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Czech regulator examines energy sector supplies amid market crunch



© Reuters. FILE PHOTO: Electricity pylons carry power from CEZ’s Ledvice coal-fired power plant near the village of Ledvice, Czech Republic, February 9, 2016. REUTERS/David W Cerny

PRAGUE (Reuters) – The Czech Republic’s energy regulator will seek assurances from suppliers that they can meet customers’ needs, stepping up oversight after one of the country’s biggest electricity and gas groups shut operations due to a spike in prices across Europe.

The ERU regulator has called on the Czech market’s 434 licensed energy suppliers to document supplies for household and company clients by the end of next week, with results expected by the end of October, it said late on Saturday.

The extraordinary step comes as benchmark European gas prices have soared because of factors like low stocks, outages and high demand in Asia, lifting power prices to record highs around the continent.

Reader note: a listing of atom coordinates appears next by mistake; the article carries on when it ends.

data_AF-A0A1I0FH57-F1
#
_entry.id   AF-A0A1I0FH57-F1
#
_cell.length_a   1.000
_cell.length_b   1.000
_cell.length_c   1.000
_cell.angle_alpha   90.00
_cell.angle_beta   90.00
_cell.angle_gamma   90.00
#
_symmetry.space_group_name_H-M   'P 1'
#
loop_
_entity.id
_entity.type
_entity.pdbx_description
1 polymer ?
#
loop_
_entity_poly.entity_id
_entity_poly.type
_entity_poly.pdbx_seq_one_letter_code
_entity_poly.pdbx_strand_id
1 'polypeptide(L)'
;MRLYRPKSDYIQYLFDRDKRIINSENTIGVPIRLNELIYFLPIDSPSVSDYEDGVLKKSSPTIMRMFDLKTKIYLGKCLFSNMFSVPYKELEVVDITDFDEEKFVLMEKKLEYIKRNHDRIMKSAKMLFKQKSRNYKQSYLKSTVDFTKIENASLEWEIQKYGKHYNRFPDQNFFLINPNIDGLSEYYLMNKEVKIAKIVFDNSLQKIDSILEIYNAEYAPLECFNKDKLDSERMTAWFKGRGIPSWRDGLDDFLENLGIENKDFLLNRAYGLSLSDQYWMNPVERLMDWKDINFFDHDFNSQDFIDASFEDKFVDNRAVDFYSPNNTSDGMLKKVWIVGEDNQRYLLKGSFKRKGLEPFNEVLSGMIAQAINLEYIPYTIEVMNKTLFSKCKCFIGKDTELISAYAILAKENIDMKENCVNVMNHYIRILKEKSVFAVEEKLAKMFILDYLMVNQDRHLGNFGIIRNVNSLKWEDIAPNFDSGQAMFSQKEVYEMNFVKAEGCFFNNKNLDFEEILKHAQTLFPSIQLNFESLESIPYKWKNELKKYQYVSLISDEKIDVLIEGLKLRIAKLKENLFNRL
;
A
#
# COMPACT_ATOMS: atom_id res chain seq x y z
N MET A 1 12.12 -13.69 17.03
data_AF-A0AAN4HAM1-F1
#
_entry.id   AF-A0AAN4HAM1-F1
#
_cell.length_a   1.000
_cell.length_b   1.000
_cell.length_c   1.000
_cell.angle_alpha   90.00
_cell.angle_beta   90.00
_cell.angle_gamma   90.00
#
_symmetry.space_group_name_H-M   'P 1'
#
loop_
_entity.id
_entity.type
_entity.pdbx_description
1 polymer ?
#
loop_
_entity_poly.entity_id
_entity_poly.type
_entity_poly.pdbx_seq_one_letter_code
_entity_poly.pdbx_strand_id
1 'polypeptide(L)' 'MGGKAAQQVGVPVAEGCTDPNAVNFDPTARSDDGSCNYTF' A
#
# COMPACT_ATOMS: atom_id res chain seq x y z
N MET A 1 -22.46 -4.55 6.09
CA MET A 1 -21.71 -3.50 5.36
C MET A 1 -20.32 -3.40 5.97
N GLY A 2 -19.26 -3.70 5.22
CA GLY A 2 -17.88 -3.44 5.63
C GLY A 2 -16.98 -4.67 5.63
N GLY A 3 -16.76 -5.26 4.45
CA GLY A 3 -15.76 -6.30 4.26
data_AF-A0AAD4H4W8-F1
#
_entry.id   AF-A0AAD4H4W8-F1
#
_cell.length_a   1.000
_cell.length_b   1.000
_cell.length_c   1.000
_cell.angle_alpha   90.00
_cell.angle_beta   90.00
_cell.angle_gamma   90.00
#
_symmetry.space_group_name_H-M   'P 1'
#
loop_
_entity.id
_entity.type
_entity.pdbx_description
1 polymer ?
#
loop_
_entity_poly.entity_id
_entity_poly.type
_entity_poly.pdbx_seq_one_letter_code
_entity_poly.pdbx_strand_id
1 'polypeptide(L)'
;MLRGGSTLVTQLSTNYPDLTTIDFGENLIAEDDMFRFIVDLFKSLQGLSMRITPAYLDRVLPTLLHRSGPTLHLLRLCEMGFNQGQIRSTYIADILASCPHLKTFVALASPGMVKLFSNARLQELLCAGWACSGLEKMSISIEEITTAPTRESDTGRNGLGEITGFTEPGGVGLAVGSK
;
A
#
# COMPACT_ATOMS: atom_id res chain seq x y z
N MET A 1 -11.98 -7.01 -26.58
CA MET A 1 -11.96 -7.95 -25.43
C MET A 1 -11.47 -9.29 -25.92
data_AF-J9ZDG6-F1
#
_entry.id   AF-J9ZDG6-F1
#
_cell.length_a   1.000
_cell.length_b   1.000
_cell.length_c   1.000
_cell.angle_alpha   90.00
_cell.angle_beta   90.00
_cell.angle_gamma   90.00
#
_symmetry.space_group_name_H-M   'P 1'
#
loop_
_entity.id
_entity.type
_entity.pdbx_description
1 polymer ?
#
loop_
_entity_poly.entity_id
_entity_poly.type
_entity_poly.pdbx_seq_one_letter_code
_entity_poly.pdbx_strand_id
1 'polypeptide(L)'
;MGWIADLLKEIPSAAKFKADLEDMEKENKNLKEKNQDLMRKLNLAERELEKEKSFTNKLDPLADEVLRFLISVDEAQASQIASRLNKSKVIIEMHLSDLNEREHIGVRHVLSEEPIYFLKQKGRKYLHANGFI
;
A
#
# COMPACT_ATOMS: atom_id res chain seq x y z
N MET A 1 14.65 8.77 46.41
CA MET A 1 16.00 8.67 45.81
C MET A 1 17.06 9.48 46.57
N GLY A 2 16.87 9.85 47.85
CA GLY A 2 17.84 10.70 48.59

Bohemia Energy, one of the largest Czech alternative energy suppliers, ended supplies for customers on Wednesday citing the wholesale market’s price spike, affecting 900,000 clients who need to be covered by suppliers of last resort.

Some smaller suppliers have also closed.

ERU’s chairman Stanislav Travnicek said it wanted assurances that suppliers had not engaged in what it called gambling in markets. But he added that the biggest groups had secured supplies, and that panic was unnecessary.

Major suppliers like majority state-owned utility CEZ have had to step in after the closure of Bohemia Energy, whose customers could face higher prices.

With energy customers facing rising bills because of the spike in markets, the government, like others in Europe, has also sought ways to ease the burden on households, for example by “energy checks” to help needy families cover costs.

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